You keep reminding me that I'm not being positive or optimistic about any of this. That really hurts and irritates me. You have NO idea, and I can see that in your reaction. More often than not, I give people the benefit of the doubt. What you read on my blog happens to be those times when I just can't. Most people have written both Justin and I off and do not even address it anymore. Fine. That's perfectly fine. They don't know what to say, and THAT I can understand. But I most certainly cannot understand, nor should I have to, the people that find it necessary to say something that completely writes off our experience and what we've been through. WE'VE HAD A CHILD! WE ARE PARENTS! Do I really have to explain that to you? There's no fresh, optimistic approach to looking at childloss. It sucks. And Justin and I have done an incredible job healing and moving on with our lives, never forgetting, and also integrating Dylan into our daily existence. You can't imagine. You can't! Everyone is naive to the situation, do you know something that I don't know? Did someone else experience this? I have been so open-minded about what people say to me. I try not to be hyper-sensitive about all of it. The things that end up on my blog are major to me, obviously big enough for me to write about. I don't just publish posts about how irritated I am everyday, about how for the most part people have found it customary to just sidestep or ignore or avoid situations where they have to talk about Dylan. That's my life, I've come to accept it. I don't expect people to understand, I expect better of my friends that they could have a greater sensitivity towards what we've been through and are continuing to go through EVERY, SINGLE DAY of our lives. Not for our own friends to say things like, "Oh, you'll know when you have kids." or "Maybe you should have a more positive outlook." WTF!

10 comments:

The Blue Sparrow said...

Oh no. I have quite a few of these emails myself that I never sent out but really really wanted to. Are you still friends with this person?

Barbara said...

I have emails, written letters and even thoughts that I have never sent or shared. Like you say, the very act of writing it diffuses the anger. But sometimes I really wish I'd sent/said it before the moment passed.

Very eloquently put.

xxx

PB&J said...

Perfectly said

Holly said...

I think these letters/emails are a good venting session for us. I know there are things that I certainly like to get out that I don't want to say to a person face to face.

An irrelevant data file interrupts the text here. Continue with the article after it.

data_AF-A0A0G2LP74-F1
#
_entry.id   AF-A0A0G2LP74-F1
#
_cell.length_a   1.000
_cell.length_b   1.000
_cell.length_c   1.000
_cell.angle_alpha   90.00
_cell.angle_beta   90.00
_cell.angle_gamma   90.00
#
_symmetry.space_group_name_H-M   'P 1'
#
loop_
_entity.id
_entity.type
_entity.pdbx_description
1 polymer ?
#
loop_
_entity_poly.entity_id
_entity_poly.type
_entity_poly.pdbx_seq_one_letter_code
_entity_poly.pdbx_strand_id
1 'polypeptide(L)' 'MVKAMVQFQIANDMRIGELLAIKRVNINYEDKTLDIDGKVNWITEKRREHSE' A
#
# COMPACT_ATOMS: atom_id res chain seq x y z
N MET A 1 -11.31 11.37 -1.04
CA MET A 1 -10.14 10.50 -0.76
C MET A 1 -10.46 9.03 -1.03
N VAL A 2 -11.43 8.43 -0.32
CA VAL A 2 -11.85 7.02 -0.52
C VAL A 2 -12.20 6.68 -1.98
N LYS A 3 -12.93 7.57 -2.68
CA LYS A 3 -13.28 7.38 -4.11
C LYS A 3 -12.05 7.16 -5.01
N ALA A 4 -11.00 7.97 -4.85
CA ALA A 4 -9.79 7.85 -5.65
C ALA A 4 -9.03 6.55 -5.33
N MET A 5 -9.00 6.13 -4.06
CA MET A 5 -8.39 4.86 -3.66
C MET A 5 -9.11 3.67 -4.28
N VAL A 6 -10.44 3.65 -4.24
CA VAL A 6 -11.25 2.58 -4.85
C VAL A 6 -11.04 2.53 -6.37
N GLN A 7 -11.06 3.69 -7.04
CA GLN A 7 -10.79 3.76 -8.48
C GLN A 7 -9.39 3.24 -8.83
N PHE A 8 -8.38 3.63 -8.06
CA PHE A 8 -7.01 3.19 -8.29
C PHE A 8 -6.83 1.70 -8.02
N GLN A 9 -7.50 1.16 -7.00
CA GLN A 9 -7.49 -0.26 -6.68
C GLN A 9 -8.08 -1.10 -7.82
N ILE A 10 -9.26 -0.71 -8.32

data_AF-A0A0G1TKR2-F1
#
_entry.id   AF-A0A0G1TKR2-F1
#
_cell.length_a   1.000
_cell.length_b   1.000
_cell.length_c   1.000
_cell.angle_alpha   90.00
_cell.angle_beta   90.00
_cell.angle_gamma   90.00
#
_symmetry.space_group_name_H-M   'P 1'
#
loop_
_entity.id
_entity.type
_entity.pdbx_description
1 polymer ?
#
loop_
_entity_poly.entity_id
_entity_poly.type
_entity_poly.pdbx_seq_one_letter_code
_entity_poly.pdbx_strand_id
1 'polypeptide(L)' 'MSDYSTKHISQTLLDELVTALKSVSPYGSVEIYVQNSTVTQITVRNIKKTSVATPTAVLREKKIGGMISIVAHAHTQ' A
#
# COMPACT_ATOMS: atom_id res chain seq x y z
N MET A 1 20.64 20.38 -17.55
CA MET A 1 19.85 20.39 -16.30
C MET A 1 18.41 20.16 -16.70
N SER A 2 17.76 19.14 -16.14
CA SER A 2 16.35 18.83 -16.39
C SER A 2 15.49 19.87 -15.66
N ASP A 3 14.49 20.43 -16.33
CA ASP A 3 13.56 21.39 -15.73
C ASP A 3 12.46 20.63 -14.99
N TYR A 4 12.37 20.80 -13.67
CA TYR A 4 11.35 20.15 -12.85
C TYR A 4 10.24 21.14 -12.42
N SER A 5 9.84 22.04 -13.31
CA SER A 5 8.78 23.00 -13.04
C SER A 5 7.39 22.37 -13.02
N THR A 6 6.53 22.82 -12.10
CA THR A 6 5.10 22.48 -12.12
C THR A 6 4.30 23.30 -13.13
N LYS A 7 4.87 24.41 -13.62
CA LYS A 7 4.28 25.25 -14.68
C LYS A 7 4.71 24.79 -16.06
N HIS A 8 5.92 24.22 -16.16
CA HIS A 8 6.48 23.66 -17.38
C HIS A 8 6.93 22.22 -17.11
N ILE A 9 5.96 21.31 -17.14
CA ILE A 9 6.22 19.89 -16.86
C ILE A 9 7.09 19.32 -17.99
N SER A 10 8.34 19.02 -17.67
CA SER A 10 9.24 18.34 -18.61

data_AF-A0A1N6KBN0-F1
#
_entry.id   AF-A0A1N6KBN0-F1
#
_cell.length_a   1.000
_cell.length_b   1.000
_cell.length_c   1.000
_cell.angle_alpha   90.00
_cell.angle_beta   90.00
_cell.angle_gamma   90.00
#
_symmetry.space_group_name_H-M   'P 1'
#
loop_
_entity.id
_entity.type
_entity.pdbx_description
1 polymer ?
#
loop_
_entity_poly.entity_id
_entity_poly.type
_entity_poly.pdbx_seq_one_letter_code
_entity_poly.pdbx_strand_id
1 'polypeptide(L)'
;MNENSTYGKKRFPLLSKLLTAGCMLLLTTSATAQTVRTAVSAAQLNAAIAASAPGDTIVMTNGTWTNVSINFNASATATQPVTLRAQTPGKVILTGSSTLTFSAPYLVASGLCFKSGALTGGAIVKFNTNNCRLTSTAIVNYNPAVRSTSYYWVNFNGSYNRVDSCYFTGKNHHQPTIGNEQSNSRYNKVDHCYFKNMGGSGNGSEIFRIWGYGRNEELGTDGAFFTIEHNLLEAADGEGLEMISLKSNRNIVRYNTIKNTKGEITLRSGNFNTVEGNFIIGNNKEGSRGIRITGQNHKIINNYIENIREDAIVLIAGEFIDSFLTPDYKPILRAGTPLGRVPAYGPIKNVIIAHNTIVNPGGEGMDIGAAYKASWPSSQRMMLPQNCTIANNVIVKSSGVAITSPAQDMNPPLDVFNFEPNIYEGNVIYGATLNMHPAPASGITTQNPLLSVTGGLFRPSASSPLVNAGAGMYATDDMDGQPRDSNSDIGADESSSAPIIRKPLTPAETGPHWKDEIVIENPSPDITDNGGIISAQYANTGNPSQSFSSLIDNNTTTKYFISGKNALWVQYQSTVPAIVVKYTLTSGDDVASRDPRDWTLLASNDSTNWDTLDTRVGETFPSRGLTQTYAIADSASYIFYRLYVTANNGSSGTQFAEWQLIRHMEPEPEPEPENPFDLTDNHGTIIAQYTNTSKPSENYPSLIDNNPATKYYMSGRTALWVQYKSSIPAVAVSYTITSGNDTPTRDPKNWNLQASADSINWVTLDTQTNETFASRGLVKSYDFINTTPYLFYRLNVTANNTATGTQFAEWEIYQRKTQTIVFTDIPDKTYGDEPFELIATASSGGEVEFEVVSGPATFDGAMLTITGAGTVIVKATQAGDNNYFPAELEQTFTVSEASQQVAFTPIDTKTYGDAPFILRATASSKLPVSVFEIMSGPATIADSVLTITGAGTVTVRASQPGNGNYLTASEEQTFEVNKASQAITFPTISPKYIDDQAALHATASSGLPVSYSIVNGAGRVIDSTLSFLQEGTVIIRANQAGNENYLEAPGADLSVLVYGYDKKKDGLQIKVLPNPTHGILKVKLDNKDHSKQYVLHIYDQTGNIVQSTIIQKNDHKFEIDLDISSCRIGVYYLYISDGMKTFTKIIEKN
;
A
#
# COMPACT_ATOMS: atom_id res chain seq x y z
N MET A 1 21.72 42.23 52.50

Olivia said...

Hi, I'm a fellow babyloss momma (my daughter died at 7 weeks of age of a undetected congenital heart defect). Whew, know those emails all too well. You are better than me though in your avoidance of expletives. :) Love your blog. Dylan was a beautiful child.

SUSI said...

Emails like that really seem to help to let some steam out. I have written some and at some point even sent one that was addressed to my Mom. I just had enough and just had to get it all out. The second I hit that send button, I felt horrible though for venting.

Did you ever talk to the person about what was said in the email?

Jus and Kat said...

Yes, I'm still friends with this person. No, I never talked to her about this e-mail. I guess some battles are better left unfought. I just stumbled upon it the other day and thought I'd post it.

Thanks for all the friendly comments!

Kat

Michelle said...

(((HUGS)))

I left a little gift for you on my blog. www.missingjuanito.blogspot.com

asplashofsunshine said...

I'm a first timer to your blog, and I have to say, GO GIRL! I have never walked in your shoes, nor can most even imagine what it would be like to do so. You ARE one fant-abulous woman and mother!!!!!!

LetterstoClaire said...

Well said! It's been only been 5 weeks since my daughter passed away and ALREADY I've been told, heard things or been treated in a way that makes me feel that sympathy for some people only lasts a millisecond. I have found incredible strength in my faith to pull through this experience and will myself to be stronger because of it. My husband and I know that we have the choice to take the gift of our daughter's life, however short, and turn it into something wonderful. It's sad to me that the initial strength that people admire (surrounding ourselves with her, talking about her, celebrating her, remembering her) will eventually have an expiration date of tolerance or sensitivity with some people. In a way, being so strong makes it difficult for people to understand why there are ever days you need to vent, cry, and disappear. Truly, such a well said email. I may need to refer back to it when people get insensitive with me!